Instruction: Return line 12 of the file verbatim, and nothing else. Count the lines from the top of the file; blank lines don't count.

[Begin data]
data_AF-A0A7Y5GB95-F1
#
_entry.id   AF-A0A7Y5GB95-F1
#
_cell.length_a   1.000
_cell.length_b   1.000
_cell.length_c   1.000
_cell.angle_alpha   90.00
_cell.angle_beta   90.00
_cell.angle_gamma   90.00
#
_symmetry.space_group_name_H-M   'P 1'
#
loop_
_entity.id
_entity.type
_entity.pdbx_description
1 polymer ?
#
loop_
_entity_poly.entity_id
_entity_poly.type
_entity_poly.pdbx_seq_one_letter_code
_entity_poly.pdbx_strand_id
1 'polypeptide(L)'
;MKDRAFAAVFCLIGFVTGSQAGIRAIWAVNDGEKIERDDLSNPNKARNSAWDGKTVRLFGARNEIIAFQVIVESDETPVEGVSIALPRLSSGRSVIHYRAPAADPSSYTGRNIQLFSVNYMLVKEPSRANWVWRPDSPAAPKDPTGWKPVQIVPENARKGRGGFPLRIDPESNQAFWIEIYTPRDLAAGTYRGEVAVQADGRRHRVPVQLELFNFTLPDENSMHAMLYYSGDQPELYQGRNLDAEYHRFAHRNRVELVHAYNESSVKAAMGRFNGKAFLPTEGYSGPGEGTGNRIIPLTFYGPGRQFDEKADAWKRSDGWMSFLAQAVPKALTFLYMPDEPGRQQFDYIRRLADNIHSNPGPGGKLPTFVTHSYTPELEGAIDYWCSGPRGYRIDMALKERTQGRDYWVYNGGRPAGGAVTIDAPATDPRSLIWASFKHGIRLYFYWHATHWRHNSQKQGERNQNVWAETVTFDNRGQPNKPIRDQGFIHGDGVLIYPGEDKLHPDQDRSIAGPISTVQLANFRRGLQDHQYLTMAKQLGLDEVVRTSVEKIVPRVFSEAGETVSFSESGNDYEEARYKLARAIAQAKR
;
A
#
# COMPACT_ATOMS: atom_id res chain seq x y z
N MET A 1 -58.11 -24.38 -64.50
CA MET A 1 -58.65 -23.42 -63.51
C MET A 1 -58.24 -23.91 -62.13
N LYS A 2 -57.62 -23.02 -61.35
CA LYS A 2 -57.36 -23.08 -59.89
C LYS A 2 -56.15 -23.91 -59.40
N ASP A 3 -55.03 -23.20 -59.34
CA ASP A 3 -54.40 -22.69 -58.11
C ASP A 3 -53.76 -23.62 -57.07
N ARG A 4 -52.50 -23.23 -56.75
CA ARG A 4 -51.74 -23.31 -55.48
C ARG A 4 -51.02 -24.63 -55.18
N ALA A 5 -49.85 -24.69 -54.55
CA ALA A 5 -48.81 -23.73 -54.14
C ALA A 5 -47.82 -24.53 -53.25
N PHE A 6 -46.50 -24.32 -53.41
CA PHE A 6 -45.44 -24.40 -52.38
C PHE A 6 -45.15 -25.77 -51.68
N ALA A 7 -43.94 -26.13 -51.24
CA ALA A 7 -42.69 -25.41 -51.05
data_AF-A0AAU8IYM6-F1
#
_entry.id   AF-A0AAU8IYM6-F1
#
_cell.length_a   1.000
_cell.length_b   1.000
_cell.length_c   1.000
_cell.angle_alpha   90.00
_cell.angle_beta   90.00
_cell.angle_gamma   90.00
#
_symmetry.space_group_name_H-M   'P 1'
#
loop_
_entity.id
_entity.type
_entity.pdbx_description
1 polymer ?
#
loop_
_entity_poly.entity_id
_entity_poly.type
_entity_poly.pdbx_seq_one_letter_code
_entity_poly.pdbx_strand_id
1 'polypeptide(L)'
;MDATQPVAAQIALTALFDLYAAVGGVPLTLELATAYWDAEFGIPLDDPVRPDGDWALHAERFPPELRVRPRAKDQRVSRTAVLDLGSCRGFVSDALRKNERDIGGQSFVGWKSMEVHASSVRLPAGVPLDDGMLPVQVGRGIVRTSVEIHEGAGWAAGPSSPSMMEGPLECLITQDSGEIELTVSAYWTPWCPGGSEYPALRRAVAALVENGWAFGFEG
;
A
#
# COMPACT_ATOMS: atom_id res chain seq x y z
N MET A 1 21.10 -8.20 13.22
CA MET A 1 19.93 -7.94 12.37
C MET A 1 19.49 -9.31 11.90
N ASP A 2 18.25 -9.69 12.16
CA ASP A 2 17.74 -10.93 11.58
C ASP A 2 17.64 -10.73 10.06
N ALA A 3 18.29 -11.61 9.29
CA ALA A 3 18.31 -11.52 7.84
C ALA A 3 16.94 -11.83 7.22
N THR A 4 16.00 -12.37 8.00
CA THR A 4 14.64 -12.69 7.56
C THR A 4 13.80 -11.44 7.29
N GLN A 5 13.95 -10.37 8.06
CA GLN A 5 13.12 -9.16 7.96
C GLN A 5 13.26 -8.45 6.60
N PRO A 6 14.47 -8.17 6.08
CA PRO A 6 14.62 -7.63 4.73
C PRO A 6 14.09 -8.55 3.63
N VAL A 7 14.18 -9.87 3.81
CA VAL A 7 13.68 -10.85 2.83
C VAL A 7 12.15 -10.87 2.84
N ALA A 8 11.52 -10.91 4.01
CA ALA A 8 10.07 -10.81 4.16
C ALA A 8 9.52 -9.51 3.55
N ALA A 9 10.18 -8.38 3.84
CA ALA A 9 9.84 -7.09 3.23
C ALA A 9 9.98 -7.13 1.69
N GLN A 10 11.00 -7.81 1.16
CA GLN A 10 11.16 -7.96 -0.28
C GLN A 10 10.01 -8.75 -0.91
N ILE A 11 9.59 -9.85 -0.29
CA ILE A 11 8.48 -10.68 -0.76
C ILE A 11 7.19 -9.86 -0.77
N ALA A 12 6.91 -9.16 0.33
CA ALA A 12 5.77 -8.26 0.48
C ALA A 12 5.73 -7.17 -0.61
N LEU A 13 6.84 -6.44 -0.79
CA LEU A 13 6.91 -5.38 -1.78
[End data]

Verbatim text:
_symmetry.space_group_name_H-M   'P 1'